Morientes adding to his experiences
Fernando Morientes has succeeded wherever he has played and is now one of the most experienced footballers at Valencia after playing with the likes of Real Madrid, AS Monaco, Liverpool and the Spanish National Team. On his return to La Liga, 117 goals in 295 matches have shown he is not done yet, and he talks exclusively to ESPNsoccernet.es about the present, the past and future of his football career.
At the beginning of the season, Valencia's objective was to qualify for a European competition and in that respect it's 'mission accomplished'...
I think Valencia's objective must always be to qualify for the Champions League and I think this season we have achieved that. We have been able to fight for greater objectives like the League title or something even bigger, but the team fought till the end and there's still a lot of fighting to do.
It's been a long time since we've seen such an even championship race. What do you think are the reasons for that?
Well, the reason is that teams make things harder every day and nowadays, physical football comes before quality football and all teams prepare well to play the League competition with certain guarantees. I think, at the end of the day, this year has witnessed how teams have come up against problems, which means no one has the upper-hand, not like last season for example, when Barcelona were in the lead and played a bright and colourful game. This year all clubs are on the same level.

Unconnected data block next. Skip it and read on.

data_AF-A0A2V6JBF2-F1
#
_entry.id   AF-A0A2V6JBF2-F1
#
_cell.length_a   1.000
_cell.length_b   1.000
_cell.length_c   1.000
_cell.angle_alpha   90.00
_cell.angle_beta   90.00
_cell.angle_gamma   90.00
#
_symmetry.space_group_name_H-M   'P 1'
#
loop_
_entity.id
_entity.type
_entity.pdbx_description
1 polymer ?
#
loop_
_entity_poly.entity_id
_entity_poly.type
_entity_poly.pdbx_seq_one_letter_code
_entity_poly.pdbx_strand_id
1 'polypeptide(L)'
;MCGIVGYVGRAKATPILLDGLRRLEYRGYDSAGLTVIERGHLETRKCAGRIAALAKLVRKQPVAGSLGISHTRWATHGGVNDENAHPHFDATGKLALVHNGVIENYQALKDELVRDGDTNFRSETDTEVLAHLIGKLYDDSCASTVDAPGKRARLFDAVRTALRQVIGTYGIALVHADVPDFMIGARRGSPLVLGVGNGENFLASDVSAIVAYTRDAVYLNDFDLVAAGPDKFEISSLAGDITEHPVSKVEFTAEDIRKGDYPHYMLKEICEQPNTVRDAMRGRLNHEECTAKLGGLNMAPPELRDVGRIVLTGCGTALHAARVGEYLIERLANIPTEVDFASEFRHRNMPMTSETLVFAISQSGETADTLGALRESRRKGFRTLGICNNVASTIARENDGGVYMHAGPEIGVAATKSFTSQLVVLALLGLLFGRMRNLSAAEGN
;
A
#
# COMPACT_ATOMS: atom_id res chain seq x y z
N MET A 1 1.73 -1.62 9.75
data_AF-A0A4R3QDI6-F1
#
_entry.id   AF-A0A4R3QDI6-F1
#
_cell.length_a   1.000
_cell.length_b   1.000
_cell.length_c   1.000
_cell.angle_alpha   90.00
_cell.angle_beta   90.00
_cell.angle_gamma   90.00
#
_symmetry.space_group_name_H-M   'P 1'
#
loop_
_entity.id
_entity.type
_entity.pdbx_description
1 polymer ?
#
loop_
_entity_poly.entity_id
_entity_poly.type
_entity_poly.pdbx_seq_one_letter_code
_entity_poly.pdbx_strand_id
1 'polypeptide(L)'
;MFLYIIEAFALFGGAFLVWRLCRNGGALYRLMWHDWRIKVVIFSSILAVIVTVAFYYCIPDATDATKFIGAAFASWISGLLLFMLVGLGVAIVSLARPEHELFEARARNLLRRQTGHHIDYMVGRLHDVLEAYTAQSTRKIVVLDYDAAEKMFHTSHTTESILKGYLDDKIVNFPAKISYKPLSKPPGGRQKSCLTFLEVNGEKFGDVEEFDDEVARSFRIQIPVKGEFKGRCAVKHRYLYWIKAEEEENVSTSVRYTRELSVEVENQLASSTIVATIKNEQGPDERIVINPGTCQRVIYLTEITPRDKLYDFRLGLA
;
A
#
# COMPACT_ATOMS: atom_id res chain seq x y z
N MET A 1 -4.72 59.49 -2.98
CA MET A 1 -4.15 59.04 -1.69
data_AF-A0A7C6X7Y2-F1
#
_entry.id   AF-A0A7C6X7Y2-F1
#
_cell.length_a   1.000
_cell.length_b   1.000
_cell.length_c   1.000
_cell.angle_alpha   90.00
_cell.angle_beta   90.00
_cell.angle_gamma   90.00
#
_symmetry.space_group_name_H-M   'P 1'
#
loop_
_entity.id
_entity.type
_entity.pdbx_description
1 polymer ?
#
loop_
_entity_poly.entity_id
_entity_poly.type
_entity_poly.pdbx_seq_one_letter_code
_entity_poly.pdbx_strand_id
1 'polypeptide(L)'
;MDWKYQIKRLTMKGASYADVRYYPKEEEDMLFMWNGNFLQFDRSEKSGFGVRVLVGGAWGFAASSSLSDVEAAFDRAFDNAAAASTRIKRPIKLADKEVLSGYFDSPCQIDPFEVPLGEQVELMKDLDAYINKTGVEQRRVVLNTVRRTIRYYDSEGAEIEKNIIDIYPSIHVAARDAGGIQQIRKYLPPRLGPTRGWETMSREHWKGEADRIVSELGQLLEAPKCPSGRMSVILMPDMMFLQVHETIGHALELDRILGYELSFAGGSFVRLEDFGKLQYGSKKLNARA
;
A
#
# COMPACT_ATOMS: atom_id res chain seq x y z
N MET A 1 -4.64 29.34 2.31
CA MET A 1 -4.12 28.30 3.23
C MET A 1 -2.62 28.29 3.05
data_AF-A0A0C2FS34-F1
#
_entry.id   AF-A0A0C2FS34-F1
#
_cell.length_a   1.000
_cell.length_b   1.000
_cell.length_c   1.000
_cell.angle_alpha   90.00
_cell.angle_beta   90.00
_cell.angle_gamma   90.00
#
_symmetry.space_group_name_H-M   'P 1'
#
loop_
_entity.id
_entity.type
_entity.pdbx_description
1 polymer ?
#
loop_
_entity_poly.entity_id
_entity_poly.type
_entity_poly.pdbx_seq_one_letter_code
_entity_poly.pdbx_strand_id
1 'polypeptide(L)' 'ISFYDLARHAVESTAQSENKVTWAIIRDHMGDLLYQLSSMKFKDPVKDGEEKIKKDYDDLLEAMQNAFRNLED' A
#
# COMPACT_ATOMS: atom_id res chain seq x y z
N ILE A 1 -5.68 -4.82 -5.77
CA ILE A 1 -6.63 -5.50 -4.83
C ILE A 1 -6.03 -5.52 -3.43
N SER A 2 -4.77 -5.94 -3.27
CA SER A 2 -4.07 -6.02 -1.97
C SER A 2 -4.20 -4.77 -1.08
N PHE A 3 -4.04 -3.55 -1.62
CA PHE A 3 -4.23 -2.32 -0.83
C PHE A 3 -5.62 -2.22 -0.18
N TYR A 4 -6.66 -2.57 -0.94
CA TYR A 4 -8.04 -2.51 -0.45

Maybe in Valencia's case it's been a season of ups and downs due to the injuries. Have the reserve players been a key point do you think?
Without a doubt. In that sense we have been the worst affected by important and long-term injuries. Obviously when there's so many injuries, you have to find solutions wherever you can and that's why it's important for clubs to have a good youth team with good players and make them part of the long season.
Which youth players have impressed you the most?